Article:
TAX RECORDS & DISASTERS
December 10, 2017 - Douglas Myser
Tax records & disasters. Tax records are vital if you want to recover from a Natural Disaster. I know, as I have spoken to dozens of victims of natural disasters over 28 years in the Tax Resolution Services industry. One common denominator among all of those victims is this, the taxpayers who planned ahead, and kept their records in a safe and secure place, recovered financially much quicker than those that didn't. We have worked with both business owners and individuals on trying to find, reconstruct, and figure out tax returns, based on lost, or destroyed tax records, and it can be a virtual nightmare. Tax records & disasters.
Tax records should be stored in a dry place, above ground, in a plastic (don't ever use cardboard boxes) or other waterproof container. They can be stored as well on cd disk, and it is wise to keep a backup copy in the cloud for safekeeping. Even though it takes some work and planning to do this, the time you will save in the event of a disaster could save you untold hundreds of hours trying to reconstruct destroyed records. It might even save you from having to hire a Tax Resolution Services company.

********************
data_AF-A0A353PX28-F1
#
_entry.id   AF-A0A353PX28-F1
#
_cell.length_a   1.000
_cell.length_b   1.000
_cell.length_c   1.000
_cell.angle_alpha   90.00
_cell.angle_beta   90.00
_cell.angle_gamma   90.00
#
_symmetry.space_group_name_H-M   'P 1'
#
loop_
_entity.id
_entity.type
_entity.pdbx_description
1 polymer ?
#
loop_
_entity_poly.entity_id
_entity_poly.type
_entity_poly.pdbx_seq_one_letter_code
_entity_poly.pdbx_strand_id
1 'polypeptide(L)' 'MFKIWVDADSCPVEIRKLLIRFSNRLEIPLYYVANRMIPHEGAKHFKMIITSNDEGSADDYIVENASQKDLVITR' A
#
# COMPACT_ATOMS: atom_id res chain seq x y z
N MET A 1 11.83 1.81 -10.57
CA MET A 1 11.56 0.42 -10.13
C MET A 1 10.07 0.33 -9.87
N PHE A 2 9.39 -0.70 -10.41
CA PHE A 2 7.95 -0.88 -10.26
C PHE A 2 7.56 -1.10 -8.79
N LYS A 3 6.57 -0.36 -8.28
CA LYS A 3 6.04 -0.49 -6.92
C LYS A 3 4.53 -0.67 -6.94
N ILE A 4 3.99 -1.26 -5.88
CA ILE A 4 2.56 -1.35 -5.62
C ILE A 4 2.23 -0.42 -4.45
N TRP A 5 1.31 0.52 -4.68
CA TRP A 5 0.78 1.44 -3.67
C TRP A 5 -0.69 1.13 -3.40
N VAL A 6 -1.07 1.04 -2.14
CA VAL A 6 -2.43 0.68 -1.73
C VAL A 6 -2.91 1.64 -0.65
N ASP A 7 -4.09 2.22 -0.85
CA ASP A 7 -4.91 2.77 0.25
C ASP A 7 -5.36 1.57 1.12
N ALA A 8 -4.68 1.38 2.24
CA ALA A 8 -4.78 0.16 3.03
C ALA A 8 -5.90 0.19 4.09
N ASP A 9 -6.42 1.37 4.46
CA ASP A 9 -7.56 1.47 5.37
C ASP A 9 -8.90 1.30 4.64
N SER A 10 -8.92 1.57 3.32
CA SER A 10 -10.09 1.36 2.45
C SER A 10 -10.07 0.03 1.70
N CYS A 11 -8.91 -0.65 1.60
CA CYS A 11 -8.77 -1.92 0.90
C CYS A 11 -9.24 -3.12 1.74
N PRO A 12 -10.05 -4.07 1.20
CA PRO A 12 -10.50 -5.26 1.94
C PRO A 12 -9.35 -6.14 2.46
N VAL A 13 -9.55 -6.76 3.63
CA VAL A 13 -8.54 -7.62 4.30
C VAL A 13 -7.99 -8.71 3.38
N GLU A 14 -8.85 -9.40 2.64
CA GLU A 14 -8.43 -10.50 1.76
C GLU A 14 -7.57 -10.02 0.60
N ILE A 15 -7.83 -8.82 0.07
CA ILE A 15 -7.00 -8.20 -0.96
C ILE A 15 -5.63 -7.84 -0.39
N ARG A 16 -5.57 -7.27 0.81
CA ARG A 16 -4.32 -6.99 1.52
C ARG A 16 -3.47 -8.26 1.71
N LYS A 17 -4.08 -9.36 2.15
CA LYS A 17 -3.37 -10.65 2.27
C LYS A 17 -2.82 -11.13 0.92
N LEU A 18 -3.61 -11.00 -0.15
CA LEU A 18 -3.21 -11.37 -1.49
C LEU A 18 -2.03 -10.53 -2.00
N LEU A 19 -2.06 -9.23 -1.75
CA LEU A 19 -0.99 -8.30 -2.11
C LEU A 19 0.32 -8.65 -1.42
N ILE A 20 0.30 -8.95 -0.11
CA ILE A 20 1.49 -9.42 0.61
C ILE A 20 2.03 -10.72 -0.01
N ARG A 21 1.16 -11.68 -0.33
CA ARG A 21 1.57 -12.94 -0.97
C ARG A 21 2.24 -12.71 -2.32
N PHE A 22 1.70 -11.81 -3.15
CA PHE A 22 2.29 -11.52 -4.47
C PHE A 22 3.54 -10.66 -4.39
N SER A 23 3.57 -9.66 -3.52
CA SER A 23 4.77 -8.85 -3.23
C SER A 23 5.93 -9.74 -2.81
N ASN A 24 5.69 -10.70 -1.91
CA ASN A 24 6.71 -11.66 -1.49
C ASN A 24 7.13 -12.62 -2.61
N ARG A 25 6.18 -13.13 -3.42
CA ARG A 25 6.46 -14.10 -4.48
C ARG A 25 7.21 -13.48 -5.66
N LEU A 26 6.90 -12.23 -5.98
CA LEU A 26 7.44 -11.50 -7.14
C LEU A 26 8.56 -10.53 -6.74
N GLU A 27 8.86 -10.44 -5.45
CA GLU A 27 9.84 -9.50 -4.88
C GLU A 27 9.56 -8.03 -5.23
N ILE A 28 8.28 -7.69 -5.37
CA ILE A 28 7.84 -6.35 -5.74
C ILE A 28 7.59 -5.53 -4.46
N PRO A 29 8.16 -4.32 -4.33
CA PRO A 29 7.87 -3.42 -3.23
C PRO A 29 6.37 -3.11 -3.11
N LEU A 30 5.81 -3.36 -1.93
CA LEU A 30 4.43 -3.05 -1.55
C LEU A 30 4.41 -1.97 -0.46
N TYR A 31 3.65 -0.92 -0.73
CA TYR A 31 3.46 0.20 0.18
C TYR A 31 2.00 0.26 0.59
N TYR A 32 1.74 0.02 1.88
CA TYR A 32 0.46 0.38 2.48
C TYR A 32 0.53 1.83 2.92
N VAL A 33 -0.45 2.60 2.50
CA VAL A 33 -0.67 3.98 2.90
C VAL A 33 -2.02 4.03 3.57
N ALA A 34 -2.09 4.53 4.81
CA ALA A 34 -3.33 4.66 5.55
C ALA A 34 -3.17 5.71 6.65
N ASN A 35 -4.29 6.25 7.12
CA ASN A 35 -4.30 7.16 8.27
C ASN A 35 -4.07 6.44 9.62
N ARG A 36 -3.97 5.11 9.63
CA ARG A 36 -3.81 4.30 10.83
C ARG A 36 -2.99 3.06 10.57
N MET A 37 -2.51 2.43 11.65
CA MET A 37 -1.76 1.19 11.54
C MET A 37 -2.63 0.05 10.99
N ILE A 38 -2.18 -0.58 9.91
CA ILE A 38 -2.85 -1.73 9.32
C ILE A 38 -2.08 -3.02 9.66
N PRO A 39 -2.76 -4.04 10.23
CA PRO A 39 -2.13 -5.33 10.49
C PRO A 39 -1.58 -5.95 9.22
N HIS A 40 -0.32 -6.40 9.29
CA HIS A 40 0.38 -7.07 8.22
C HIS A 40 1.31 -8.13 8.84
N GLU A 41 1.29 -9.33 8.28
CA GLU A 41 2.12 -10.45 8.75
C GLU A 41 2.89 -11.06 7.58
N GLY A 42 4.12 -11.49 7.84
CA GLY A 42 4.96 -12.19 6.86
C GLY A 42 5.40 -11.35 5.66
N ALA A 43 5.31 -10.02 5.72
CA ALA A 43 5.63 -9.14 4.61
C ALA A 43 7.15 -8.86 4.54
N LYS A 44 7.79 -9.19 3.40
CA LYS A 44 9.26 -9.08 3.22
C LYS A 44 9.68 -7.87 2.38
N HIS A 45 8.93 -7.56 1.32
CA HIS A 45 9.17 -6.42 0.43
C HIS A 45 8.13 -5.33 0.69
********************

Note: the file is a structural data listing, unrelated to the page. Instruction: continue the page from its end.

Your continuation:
The IRS website is a great place for information on this subject. The publication "Reconstructing Tax Records after a natural disaster or Casualty Loss", FS-2017-11, September 2017, is full of informative information regarding forms, publications and other useful information that you can use to prepare, and if needed file a claim for any type of loss in the IRS Internal Revenue Code. A large section entitled "Reconstructing Records" goes thru the entire process of what you need to do to file acceptable records after a Natural Disaster. Remember, a right and wrong way exist for doing this. If you have questions about doing any of this, feel free to call us at 1-888-689-7861 for a free Tax Resolution Consultation.
Two sections highlight the different sections used for figuring records for either business or personal losses. Each section goes into detail about what you can claim, how to do it, and how tax records are used to reconstruct your tax returns.